• On the first three days, eat only food obtained without asking for it, and
  • Complete fasting for another three days.

Atikrccha – This is a penance for all sins except the mahapatakas. It has to be observed for twelve days in the following manner:

  • For the first 3 days, can eat only one morsel of food in the morning
  • For the next 3 days, can eat one morsel of food in the evening
  • For another 3 days, can eat one morsel of food received without asking
  • For the last 3 days, observe total fast.


This is a universal expiation for almost any sin, especially where no other specific remedy has been suggested. In this penance, the eating pattern follows the phases of the moon.

  • Pipilikamadhya (middle of an ant)
    Starting from 15 morsels of food (per day) on the full moon, the amount is gradually reduced by one morsel every day, ending in total fasting on the new-moon day. Then it is again increased, from 1 to 15 morsels, till the full moon day. This is one cycle and it can be repeated as many times as needed.
  • Yavamadhya (middle of the wheat grain)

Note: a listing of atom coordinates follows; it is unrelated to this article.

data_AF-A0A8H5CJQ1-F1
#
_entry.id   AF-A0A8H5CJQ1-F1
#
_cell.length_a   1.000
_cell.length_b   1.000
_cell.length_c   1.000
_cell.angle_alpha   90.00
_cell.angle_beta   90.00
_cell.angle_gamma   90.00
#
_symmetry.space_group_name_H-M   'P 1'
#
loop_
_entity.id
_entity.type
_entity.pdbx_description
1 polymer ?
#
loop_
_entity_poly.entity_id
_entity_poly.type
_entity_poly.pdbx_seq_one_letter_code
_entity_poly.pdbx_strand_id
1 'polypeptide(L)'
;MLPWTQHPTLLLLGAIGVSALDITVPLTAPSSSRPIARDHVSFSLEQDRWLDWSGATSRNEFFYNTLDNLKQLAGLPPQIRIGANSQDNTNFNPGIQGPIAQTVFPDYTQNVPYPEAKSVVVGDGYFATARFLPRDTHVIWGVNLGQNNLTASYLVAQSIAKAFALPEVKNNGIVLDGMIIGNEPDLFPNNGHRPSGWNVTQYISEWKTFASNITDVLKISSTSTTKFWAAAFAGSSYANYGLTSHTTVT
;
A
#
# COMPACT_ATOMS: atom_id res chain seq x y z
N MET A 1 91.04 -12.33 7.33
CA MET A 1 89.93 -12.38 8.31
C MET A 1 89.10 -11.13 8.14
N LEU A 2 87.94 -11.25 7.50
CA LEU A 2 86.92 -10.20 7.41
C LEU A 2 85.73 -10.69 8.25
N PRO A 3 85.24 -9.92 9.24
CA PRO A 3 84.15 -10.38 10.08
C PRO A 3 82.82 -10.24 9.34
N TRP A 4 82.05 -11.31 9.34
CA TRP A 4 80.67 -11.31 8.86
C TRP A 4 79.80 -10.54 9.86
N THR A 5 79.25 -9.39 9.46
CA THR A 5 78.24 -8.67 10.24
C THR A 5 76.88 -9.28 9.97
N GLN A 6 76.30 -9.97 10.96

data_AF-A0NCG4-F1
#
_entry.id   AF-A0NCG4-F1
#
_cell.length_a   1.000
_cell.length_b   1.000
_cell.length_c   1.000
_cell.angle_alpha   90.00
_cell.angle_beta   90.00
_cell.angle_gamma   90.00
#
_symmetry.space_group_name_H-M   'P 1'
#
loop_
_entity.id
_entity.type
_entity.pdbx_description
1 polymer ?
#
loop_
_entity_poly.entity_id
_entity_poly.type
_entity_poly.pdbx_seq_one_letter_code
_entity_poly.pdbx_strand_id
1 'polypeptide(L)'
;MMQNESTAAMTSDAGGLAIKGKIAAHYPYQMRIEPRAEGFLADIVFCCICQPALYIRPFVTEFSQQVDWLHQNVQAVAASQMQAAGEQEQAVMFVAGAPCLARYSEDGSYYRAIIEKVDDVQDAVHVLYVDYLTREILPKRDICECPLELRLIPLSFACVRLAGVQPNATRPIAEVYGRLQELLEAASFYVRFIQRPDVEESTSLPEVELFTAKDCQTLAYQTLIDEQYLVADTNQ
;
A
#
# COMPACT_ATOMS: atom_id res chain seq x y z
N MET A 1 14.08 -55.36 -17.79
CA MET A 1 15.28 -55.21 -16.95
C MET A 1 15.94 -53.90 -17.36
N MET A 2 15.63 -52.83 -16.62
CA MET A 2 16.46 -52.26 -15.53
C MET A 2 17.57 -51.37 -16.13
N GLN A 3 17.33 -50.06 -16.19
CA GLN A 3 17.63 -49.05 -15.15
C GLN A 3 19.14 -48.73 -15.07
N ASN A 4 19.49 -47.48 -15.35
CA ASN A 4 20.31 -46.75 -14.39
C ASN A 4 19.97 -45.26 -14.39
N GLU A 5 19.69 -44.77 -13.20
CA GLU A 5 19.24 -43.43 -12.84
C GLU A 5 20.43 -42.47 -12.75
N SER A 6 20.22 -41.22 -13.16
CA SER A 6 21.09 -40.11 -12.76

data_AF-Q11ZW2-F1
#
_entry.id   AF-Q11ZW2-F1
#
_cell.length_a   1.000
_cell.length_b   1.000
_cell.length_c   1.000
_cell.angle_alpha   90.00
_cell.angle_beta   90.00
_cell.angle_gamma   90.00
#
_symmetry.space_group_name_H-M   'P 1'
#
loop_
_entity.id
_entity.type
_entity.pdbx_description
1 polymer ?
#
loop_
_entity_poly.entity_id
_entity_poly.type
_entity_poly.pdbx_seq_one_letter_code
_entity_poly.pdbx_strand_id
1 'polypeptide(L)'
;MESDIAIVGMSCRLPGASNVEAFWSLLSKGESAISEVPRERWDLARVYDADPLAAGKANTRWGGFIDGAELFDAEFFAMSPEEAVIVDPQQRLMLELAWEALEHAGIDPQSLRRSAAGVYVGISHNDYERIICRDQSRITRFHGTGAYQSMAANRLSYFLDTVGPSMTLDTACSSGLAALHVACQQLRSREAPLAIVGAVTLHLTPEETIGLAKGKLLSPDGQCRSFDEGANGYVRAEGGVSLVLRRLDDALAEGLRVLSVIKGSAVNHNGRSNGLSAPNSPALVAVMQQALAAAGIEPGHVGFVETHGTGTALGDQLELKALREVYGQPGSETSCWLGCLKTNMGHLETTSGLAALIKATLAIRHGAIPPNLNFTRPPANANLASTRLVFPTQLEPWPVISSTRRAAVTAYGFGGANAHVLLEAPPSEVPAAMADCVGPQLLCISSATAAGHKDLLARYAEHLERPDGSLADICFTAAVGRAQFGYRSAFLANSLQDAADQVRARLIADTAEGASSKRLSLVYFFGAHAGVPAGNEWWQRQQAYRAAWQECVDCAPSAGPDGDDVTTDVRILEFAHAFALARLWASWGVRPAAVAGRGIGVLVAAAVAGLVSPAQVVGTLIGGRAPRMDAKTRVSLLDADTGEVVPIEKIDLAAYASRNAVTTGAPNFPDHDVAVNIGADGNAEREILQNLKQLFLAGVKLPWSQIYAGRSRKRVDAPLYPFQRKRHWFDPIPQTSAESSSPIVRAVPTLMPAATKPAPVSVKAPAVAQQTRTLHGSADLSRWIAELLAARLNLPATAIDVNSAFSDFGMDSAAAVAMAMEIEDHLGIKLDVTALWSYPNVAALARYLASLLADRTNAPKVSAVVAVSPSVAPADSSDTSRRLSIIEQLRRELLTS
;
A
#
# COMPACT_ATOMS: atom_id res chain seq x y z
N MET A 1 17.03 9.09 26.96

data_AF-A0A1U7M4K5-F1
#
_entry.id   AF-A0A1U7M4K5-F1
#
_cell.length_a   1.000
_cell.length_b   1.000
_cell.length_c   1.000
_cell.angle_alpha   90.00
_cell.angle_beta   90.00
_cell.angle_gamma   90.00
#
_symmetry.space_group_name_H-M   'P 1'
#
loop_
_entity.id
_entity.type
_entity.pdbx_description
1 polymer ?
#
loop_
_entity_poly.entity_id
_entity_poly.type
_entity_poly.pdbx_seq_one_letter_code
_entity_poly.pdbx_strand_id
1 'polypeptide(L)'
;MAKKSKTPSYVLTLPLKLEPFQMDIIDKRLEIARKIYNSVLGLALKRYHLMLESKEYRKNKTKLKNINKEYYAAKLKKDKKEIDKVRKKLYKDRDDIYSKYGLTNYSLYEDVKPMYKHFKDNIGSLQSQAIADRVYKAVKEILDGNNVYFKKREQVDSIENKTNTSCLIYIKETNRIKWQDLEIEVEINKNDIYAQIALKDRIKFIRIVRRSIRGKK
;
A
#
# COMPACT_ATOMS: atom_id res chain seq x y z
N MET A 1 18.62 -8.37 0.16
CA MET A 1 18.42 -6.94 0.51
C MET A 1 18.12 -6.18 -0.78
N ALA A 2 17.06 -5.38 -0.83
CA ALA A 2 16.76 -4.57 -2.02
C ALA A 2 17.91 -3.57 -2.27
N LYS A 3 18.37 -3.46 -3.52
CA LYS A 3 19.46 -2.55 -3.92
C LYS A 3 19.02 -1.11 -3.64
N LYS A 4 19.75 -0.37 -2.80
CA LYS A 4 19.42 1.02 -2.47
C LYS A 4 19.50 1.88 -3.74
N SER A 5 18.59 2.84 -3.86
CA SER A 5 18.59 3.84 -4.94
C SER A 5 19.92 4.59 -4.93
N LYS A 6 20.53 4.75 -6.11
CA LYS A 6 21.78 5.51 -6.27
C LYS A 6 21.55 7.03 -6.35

Starting with one morsel on the first day after the new moon, increasing to 15 morsels on the full moon, and again reducing to nil on the new moon.

The size of the morsel is that of a big myrobalan fruit. While performing all these prayascittas, one must also observe brahmacharya, avoid luxury and sleeping in day time, perform prayers, reading the Holy Scriptures and chanting holy names.

Chanting the Name of God

The Bhakti movements lay great importance to Nama-Japa and Kirtana, singing of God’s name and glory as the best way to wash off all sins. Well-known mantras like the Gayatri, the Pancakshari, the Asthakshari and the Rama Mantra are some of the Mantras prescribed for chanting.

The Six Vices

Hinduism also has given a list of six vices which one has to be avoided or eliminated. The Arisadvargas or six enemies (or evil qualities) in the path of moral and spiritual evolution are:

  • Lobha
  • Kama
  • Krodha
  • Moha
  • Mada
  • Matsarya (jealousy)

Lobha (‘greed’)

Lobha is excessive desire, especially the desire to appropriate to oneself what belongs to others; that too, against the principles of Dharma. The Isavasya Upanishad in its very first verse advises us not to covet anyone’s wealth or possessions. The Bhagavadgita calls it as a gateway to hell and exhorts the aspirant to give it up.

Mada (‘intoxication’)

Mada is intoxication born out of several factors. At the psychological level it is translated as arrogance. Some of the factors which produce this mada or arrogance are: vidya (learning), dhana (wealth), kula (lineage), yauvana (youth), bala (physical strength), rupa (beauty), adhikara (power).

Moha (‘delusion / confusion’)

That state of mind which causes delusion and confusion, leading to either ignorance or false knowledge, has been termed as moha. It is caused by the excessive

For more reading:

The Doctrine of Karma and Reincarnation